When Online Meets In-Person: Building Bridges Within Our UMCG Family

We are past the COVID protections that forced the church into the digital age, but we are experiencing the beautiful convergence of online and in-person ways of being a church. I think this blend of virtual and physical gatherings enriches our congregation and strengthens the bonds that unite us in faith and fellowship and could benefit from greater intentionality.

In the past week, we celebrated several wonderful instances where those who worship primarily online made meaningful in-person connections. These moments not only highlight the seamless integration of our online and in-person communities but also serve as a testament to the power of God’s grace working through our congregation.

Last Saturday, Meghan and I gathered in a picturesque forest preserve an hour west of Geneva to celebrate the union of Alex and Sarah. Their journey with UMCG began primarily through online worship, with just one visit in-person prior to their wedding. Their story is a perfect example of how digital spaces can cultivate deep connections that eventually blossom into in-person celebrations. As we stood under the canopy of trees, celebrating their love and covenant, it was a joy to see faces familiar from online worship become vibrant, in-person participants in this special act of worship.

Then last Sunday, we welcomed infants Cameron and Layla Cicero into our faith family through the sacrament of baptism. Kim and Sam Cicero had previously connected with UMCG solely through online worship until Sunday. The challenge of getting infant twins ready for a morning service is no small feat, and we applaud their dedication and effort. This baptism was more than a ritual; it was a powerful symbol of their deepening connection with our community. As we gathered around them, both physically and spiritually, we celebrated not just the act of baptism but the welcoming of a family who had found their spiritual home through our online presence.

Kathleen Shafer, who resides in Eastern Pennsylvania, worships with us every Sunday from her home. Despite the miles that separate us, Kathleen remains an integral part of our congregation. Recently, she shared a prayer concern about her upcoming shoulder replacement surgery on June 20th. Through her regular correspondence and prayer requests, Kathleen exemplifies how our online community members stay connected and engaged. Her faith and trust in our collective prayers illustrate that no matter the distance, we can share and support each other’s burdens.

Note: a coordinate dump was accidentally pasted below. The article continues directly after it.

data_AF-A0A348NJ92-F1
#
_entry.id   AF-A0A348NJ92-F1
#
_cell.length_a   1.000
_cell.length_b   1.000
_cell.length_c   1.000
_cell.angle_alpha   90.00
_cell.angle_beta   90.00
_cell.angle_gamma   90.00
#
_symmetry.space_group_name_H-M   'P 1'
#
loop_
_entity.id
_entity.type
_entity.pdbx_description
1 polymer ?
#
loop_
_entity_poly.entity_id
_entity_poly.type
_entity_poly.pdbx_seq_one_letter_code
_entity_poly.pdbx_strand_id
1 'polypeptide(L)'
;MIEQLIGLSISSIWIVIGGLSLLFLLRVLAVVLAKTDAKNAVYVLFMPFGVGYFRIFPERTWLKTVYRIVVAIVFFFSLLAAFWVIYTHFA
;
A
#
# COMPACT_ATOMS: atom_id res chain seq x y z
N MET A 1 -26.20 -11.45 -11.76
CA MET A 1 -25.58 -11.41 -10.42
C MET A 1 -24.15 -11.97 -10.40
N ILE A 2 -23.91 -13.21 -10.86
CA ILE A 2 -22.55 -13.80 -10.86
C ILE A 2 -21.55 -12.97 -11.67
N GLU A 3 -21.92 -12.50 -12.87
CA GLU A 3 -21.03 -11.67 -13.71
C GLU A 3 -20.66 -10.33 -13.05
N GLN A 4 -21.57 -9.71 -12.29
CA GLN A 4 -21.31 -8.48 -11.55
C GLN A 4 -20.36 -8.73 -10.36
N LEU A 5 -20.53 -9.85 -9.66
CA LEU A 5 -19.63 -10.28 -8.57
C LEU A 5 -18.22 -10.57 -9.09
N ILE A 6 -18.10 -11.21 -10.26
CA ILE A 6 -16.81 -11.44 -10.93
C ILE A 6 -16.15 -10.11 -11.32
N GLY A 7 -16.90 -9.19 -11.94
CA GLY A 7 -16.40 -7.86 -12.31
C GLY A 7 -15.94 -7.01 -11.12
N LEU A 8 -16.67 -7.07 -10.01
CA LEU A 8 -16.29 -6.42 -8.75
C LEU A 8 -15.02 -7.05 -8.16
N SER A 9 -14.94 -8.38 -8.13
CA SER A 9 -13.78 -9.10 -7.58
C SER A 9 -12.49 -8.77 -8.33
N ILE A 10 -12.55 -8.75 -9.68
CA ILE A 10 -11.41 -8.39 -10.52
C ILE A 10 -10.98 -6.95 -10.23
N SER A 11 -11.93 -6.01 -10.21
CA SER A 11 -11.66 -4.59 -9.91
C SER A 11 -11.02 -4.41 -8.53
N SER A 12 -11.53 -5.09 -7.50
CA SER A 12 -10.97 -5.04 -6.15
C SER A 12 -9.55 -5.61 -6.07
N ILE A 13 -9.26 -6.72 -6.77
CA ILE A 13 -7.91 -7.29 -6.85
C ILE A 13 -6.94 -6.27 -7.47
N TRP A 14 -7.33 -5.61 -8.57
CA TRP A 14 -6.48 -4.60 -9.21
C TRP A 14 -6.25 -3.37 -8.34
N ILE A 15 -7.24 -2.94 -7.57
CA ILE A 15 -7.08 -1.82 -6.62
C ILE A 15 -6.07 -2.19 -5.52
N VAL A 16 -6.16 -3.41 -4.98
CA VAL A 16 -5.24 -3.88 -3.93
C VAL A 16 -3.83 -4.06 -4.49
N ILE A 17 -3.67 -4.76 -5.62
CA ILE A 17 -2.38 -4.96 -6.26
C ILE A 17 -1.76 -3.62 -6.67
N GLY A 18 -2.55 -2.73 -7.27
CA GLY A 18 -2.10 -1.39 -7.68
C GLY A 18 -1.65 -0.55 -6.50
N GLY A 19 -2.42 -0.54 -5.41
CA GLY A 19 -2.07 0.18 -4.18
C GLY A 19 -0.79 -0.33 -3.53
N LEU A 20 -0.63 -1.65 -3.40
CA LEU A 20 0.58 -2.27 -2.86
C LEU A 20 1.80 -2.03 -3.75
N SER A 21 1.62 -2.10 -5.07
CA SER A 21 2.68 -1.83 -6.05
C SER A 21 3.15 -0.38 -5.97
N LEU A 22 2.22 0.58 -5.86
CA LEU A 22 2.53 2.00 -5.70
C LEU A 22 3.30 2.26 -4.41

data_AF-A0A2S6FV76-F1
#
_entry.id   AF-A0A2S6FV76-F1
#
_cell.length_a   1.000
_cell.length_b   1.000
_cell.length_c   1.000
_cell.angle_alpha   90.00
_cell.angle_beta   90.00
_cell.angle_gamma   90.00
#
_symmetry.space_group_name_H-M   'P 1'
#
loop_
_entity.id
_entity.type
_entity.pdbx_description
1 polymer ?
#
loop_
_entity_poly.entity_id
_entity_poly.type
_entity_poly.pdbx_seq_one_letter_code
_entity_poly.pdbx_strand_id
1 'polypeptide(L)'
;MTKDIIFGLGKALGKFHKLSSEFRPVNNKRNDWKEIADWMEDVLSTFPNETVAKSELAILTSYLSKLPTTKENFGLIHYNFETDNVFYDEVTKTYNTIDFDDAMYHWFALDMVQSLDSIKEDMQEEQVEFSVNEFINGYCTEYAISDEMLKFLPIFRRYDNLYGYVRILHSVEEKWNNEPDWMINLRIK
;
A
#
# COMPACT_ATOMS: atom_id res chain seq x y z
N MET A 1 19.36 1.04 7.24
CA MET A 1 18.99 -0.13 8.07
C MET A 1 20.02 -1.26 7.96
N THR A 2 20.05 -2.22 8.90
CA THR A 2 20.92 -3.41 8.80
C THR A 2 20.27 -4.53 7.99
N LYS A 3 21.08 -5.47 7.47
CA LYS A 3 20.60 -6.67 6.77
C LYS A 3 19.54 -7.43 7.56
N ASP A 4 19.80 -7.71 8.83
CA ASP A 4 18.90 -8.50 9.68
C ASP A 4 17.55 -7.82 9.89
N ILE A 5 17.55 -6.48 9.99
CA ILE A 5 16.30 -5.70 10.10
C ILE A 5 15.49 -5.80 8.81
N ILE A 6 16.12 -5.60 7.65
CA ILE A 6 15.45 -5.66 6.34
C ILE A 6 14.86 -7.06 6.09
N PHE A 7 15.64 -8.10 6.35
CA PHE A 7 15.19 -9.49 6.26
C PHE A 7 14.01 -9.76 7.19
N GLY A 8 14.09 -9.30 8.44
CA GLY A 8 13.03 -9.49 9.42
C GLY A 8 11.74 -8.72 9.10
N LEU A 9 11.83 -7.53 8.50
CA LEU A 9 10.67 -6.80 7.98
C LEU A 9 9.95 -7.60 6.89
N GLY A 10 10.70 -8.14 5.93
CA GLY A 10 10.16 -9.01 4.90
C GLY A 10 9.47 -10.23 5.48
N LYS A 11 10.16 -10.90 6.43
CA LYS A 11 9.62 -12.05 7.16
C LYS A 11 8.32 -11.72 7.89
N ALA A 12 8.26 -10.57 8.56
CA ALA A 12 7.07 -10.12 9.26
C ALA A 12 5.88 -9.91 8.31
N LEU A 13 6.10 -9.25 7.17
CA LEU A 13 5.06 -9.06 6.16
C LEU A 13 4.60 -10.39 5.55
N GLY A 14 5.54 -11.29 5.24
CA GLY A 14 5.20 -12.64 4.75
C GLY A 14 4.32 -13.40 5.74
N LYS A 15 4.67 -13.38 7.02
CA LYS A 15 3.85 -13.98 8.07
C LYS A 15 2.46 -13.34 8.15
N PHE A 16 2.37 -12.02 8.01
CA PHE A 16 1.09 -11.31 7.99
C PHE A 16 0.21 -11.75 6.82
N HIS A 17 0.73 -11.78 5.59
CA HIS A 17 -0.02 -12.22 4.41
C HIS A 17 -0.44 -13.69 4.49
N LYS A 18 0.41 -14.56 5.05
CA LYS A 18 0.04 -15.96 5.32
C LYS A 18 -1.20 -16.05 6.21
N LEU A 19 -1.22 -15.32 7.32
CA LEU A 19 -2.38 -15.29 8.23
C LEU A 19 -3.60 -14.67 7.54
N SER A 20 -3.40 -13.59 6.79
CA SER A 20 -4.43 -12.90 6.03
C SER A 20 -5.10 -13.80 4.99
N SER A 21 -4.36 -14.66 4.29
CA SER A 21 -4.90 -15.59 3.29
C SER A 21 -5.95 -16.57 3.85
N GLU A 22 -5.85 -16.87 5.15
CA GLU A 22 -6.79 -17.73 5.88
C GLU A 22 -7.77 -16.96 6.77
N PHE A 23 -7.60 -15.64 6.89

These stories reinforce the idea that both online and in-person participation are equally valid and faithful expressions of our communal life as a church. The Apostle Paul reminds us in 1 Corinthians 12:12-14: “Just as a body, though one, has many parts, but all its many parts form one body, so it is with Christ. For we were all baptized by one Spirit so as to form one body—whether Jews or Gentiles, slave or free—and we were all given the one Spirit to drink. Even so the body is not made up of one part but of many.” Whether we connect through a screen or a handshake, we are all integral parts of the body of Christ, working together to illuminate our communities with God’s grace.

As we continue to learn what it means to be a church that consists of those who primarily connect online and those who primarily connect in-person (and those who go between), I invite each of us to imagine new ways to bridge the gap between our online and in-person communities. Whether it’s reaching out to someone you’ve seen in a Zoom meeting or extending an invitation to an online friend to join a physical gathering, there are countless opportunities to foster deeper connections. Let’s take the initiative to build these bridges, celebrating the diversity of our congregation and the myriad ways we come together in God’s love.

In every interaction, be it online or in-person, we embody our mission to spread the light of God’s grace to our communties. Let us continue to embrace these opportunities, nurturing a community that is both vibrant and inclusive, where every member feels valued and connected.

Blessings to you all, both near and far, as we journey together in faith.